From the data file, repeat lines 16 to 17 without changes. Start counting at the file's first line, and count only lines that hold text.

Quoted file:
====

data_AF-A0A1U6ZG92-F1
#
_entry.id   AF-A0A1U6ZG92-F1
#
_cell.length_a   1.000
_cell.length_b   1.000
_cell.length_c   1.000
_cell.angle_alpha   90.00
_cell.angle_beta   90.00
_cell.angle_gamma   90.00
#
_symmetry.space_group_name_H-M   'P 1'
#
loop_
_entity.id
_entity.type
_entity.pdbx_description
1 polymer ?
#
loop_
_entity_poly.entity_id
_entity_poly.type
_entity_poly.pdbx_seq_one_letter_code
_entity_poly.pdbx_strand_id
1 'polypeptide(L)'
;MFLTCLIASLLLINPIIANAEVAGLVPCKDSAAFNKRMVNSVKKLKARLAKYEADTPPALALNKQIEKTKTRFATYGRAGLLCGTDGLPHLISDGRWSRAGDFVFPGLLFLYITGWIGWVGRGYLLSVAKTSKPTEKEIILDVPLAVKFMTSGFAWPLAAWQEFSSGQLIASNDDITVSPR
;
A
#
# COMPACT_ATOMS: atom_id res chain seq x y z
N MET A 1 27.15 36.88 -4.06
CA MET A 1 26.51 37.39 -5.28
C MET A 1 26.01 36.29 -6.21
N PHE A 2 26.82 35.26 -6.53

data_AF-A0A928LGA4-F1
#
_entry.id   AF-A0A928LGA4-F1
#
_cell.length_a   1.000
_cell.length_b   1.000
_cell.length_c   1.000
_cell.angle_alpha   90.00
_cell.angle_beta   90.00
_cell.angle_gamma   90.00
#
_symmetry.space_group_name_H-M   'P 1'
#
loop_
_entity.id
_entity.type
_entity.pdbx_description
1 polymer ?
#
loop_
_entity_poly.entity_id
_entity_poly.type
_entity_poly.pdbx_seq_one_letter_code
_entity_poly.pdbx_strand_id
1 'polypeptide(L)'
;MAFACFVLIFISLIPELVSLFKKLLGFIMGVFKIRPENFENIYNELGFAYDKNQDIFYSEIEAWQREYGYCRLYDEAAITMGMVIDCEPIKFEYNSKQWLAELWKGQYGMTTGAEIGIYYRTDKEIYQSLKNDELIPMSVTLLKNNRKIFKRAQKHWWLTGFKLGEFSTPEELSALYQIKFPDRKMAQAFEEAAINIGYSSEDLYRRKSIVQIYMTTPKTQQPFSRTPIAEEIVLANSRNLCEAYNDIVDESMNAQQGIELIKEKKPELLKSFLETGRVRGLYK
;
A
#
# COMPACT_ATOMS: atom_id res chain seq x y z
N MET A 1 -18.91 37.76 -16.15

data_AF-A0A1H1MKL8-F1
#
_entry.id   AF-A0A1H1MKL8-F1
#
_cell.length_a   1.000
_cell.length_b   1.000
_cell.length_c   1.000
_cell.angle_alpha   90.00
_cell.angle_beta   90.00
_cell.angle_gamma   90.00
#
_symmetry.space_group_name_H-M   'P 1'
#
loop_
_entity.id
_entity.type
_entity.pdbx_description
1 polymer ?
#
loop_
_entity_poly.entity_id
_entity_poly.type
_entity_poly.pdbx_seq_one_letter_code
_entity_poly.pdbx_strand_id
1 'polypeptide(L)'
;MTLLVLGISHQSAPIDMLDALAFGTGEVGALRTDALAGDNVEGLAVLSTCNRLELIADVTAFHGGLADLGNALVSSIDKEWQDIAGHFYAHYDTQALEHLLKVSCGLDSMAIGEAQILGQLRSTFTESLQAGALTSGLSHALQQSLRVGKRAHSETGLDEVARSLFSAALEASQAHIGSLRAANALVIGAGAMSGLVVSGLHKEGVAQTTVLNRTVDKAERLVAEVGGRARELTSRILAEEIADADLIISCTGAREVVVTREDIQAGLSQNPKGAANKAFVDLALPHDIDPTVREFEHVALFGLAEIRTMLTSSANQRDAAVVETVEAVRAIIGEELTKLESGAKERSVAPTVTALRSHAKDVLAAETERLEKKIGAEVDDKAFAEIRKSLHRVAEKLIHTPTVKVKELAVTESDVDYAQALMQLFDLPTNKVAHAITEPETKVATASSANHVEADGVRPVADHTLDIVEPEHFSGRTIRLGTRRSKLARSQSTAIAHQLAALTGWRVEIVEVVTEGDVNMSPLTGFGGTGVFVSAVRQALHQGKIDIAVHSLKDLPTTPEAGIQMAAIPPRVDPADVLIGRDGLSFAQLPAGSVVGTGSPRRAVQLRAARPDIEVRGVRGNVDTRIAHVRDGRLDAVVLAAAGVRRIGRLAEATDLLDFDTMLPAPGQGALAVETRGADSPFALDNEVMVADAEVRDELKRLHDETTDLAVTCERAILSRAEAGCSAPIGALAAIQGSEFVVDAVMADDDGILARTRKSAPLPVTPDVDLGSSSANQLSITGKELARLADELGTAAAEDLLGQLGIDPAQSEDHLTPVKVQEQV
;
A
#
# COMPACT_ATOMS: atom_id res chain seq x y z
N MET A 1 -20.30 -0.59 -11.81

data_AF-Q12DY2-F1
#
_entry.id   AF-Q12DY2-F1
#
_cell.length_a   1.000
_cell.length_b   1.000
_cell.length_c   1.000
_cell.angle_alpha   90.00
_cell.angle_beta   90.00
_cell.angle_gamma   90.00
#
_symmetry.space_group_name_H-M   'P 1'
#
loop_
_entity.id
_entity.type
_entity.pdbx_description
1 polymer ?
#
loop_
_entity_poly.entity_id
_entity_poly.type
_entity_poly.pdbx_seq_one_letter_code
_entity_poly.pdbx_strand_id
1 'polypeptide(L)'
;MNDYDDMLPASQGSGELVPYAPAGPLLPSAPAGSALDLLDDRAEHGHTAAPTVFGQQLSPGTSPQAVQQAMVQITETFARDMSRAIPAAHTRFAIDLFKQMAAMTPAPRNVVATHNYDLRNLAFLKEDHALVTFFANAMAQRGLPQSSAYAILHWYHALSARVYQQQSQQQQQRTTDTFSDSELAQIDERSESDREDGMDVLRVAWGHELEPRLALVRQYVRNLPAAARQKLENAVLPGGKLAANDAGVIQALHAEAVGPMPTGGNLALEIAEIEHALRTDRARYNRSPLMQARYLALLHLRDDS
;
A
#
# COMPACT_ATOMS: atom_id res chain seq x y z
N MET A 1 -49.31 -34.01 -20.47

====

_entity.type
_entity.pdbx_description